After 10 months of hard work (meetings, reaching up to coaches, gathering players from cairo and other governorates, trainings, contacting specialists for coaching seminars and getting equipment), it finally paid off. Last Saturday the first blind football match took place.
1-Was the blind football initiativeplanned or it all came spontaneously?
Well, our plan is to run some projects to develop sports in Egypt, especially football. So we decided to establish a sports management company to proceed with our ideas. I used to be a volunteer fitness trainer for visually impaired children and one of my partners used to assist blind football coaches in the UK during his sports management studies. That’s why we thought why not use our experience and take the initiative of introducing blind football to Egypt. In January 2014 we got the idea and we started immediately.
2-How Blind football works?
Each team consists of five players, including the goalkeeper who has to be sighted. The ball makes a noise so the players are able to locate it. A guide is assigned to each team to help in directing the players. A match lasts for 60 minutes, divided in two: 25-minute halves and a 10-minute halftime.
3-Beyond the blind side, how did your players inspire you?
– I know this will sound very cheesy and redundant but they showed us that there’snothing truly you can’t do if you’repassionate about. And no matter how much people think it’s difficult,
Football is truly for everyone.
4-was it hard to pick your players and train them?
– Actually, each coach we contacted has access to some blind athletes. Training them was not as hard as we thought it would be. They are fast-learners and are always up for any challenge no matter how hard. Also some of them are familiar with football; they used to put a ball in a plastic bag with some little rocks in order to be able to locate it. Others used to play football before losing their sight.
5-What’s your slogan?
Empower The Blind!
6-How do you choose your trainers and how do you plan to train them professionally?
Our trainers must have physical education degree and have to have experience in dealing with or training blind athletes. Until now we have a database of 12 coaches who are all very keen on working with us.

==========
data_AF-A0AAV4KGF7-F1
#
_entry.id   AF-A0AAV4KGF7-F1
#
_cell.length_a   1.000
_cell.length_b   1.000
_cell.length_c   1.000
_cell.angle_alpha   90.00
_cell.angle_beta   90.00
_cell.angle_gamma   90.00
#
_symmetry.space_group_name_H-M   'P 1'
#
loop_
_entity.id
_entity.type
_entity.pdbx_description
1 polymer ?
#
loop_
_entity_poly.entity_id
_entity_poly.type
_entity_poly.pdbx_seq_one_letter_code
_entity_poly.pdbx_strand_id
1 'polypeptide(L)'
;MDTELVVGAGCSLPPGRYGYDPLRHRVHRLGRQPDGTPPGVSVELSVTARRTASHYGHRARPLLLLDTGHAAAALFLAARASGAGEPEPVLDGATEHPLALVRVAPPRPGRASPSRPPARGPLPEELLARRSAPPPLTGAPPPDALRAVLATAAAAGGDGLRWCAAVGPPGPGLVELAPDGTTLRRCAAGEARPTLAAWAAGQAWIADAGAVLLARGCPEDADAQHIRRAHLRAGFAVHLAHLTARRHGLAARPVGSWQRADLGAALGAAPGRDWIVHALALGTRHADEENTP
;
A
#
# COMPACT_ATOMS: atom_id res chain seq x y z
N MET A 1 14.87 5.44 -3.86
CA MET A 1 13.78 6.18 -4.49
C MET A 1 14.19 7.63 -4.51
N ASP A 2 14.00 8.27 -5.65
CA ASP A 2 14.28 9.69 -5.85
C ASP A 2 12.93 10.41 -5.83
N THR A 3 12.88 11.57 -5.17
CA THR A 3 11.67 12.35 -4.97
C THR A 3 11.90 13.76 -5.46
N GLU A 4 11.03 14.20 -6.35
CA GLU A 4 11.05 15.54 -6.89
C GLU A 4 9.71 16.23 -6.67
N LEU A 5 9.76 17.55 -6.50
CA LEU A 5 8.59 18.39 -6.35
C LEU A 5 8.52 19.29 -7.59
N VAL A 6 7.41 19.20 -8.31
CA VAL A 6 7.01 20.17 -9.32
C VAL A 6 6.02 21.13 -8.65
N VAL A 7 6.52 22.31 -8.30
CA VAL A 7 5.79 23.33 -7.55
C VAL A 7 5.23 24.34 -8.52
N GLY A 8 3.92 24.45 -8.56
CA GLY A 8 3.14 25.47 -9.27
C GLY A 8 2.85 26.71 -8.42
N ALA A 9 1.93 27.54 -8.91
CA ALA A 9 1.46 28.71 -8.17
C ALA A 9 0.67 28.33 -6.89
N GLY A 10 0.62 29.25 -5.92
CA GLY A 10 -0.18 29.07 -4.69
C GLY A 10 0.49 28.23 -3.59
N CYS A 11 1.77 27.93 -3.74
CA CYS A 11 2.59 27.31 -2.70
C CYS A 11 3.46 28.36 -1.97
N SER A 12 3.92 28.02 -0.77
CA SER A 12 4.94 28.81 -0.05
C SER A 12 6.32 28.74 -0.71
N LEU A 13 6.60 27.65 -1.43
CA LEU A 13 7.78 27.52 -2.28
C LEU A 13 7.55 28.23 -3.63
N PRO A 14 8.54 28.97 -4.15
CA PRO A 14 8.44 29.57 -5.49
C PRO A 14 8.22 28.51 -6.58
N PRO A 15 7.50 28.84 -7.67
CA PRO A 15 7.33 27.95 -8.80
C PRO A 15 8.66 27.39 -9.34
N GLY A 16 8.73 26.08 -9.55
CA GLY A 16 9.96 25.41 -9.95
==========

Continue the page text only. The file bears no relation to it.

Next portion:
Tony Larkin, one of the blind football pioneers and former English blind football national team manager, is going to come to Egypt at the end of this month to work with the coaches and give ToT (Training of Trainers) sessions. We are also in contact with a German specialist who is also going to come to Egypt and give coaching and refereeing seminars.
7-Tell me about last Saturdays blind football tournament at the Auc?
The event was very successful on a personal level for us because the team really enjoyed the atmosphere and people were very supportive and never showed them that eyes are focused on them that way but that they are athletes being watched for skill and doing something not many can do.
8-Did the event gain media attention?
Yes, it did. Many channels, magazines and sports websites made sure to attend the event to shoot the match and interview the founders and the players.
9-Are there any entities supporting you?
Until now we have one sponsor which is going to pay for the coaching seminar by Tony. But we are still contacting other organizations.
10-What was the most annoying or sarcastic comment you got from a hater?
To be honest, we don’t have any haters. However, when we tell people about blind football, they laugh because the first thing that comes to their minds is the blind football scene from Adel Imam’s movie ‘Amir El Zalam’. It was introduced in a funny way, which is not how it’s played in real world. It provided false information and set the blind sport community back a couple of years and was very demeaning. Changing people’s perception of this incredible sport was one of our main aims in last saturday’s event.
11-Is it possible to be a part of the Egypt football association?
Yes! We just met with a representative from the Egyptian Football Association and it’s looking good.
12-What do you guys long for?
Our plan is to establish a blind football league with a minimum of 6 teams, form the first Egyptian blind football national team and compete internationally. There are around 20 registered national teams at the IBSA (International Blind Sports Association) and we are looking forward to registering our team. In a couple of days the Blind Football World Cup will take place in Japan. We were not able to participate but hopefully we will take part in next year’s Africa Cup and in the Paralympic Games in Rio de Janeiro in 2016. The goal behind all of this is to enable blind and partially sighted people to contribute more fully to our society and to provide them with a normal life just like ours.
13–If you have to choose one thing in Egyptians what would it be?
Egyptians should realize how much resources they have that they are not using and should work with an aim to make use of these and that will definitely make us one of the leading countries in any field. Other than that nothing, Egyptians are naturally compassionate and helpful, even though some might have a bit of a temper during ramadan.